In High Energy Physics (HEP), calorimeter outputs play an essential role in understanding low distance processes occurring during particle collisions. Due to the complexity of underlying physics, the traditional Monte-Carlo simulation is computationally expensive, and thus, the HEP community has suggested Generative Adversarial Networks (GAN) for fast simulation. Meanwhile, it has also been proposed that, in certain circumstances, simulation using GANs can itself be sped-up by using quantum GANs (qGANs).
Our work presents two advanced prototypes of qGAN to reproduce calorimeter outputs interpreted as pixelated images. The first model is called the dual-Parameterized Quantum Circuit (PQC) GAN, which consists of two PQCs sharing the role of a single classical generator. The first PQC learns the probability distribution over the images, while the second generates normalized pixel intensities of an individual image for each PQC input. Its application in HEP demonstrates that the model can reproduce a fixed number of images as well as their probability distribution for a reduced problem size and allows us to scale up to real calorimeter outputs.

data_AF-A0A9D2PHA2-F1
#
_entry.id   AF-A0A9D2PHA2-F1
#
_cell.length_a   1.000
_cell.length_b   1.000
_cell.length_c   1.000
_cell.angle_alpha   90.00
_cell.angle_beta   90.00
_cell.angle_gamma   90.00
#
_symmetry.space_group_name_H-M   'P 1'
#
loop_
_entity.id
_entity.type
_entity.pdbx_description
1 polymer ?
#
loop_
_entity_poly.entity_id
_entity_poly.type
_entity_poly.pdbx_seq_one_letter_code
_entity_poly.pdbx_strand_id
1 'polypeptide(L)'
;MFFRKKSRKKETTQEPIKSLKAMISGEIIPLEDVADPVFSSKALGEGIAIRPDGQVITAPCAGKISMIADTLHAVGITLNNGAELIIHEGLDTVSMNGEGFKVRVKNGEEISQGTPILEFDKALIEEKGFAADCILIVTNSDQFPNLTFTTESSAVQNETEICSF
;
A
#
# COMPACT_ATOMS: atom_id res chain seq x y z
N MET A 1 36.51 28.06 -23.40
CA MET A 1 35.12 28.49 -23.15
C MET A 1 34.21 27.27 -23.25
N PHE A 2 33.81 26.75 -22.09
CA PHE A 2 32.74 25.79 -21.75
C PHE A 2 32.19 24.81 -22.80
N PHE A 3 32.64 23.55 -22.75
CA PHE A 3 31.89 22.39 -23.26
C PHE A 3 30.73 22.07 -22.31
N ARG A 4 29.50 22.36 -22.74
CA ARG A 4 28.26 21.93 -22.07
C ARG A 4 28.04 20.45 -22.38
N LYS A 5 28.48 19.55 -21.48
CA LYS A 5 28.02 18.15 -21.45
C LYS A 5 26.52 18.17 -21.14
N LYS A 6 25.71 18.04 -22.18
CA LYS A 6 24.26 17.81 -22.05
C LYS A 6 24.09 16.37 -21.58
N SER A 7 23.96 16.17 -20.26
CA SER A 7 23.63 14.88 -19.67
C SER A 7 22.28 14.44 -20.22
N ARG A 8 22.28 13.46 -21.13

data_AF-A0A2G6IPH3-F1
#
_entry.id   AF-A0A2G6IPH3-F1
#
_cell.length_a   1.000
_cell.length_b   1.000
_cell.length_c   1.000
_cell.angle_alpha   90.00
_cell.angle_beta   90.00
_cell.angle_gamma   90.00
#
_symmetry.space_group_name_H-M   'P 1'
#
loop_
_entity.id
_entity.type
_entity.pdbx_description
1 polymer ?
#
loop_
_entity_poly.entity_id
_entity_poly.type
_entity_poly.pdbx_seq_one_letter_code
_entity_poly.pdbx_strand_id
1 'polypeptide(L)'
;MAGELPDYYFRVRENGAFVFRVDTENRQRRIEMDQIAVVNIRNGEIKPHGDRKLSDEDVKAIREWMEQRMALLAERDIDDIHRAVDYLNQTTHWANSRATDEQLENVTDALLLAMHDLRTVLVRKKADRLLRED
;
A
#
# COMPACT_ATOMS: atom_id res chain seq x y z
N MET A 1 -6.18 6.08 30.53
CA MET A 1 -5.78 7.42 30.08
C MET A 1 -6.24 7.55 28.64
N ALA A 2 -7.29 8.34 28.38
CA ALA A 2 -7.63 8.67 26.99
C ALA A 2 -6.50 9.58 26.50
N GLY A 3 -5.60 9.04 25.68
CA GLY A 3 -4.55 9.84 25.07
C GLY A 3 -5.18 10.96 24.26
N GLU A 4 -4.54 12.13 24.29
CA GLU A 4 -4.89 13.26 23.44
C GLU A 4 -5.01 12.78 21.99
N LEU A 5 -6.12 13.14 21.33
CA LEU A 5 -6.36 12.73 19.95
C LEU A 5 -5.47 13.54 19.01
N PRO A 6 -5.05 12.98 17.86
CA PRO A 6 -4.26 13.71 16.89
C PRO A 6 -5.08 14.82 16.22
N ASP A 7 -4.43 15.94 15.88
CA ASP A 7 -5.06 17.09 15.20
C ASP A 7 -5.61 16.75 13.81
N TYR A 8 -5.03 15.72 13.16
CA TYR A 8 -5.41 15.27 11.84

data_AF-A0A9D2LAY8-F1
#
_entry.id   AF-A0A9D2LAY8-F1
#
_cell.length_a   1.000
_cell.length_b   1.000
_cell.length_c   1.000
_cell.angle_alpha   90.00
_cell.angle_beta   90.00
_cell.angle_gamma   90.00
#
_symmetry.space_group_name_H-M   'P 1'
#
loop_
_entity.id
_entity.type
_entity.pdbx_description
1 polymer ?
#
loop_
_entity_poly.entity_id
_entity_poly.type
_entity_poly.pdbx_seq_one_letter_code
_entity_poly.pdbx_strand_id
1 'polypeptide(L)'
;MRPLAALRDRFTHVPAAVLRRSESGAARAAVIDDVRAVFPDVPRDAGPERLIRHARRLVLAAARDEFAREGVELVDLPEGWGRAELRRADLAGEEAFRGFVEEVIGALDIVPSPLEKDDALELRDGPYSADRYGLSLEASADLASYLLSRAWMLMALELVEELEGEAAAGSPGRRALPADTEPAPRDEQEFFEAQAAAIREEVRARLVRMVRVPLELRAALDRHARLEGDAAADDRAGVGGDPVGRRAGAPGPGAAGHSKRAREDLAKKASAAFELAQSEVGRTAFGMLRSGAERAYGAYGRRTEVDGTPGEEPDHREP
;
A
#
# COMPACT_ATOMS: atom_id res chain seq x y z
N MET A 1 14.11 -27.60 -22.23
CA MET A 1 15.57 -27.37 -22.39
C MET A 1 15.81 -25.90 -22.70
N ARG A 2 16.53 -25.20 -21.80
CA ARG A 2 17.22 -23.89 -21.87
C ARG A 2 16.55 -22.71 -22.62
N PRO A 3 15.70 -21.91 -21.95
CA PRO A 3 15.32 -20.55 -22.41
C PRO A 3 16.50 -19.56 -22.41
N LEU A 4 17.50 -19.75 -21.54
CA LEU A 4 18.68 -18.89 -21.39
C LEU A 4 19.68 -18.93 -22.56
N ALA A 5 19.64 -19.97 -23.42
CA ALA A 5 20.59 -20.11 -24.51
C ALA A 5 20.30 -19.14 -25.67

On the other hand, the second prototype employs a Continuous Variable (CV) approach, which encodes quantum information in a continuous physical observable. The CV architecture has an advantage that it allows constructing a CV neural network (CVNN) similar to the structure of a classical fully connected layer. We built a simple binary classifier with the CVNNs to discriminate real classical data embedded in quantum states from random fake data. Following the successful results obtained in the CV classifier simulation, CV qGAN models are tested to generate calorimeter outputs with a reduced size, and their limitations are discussed.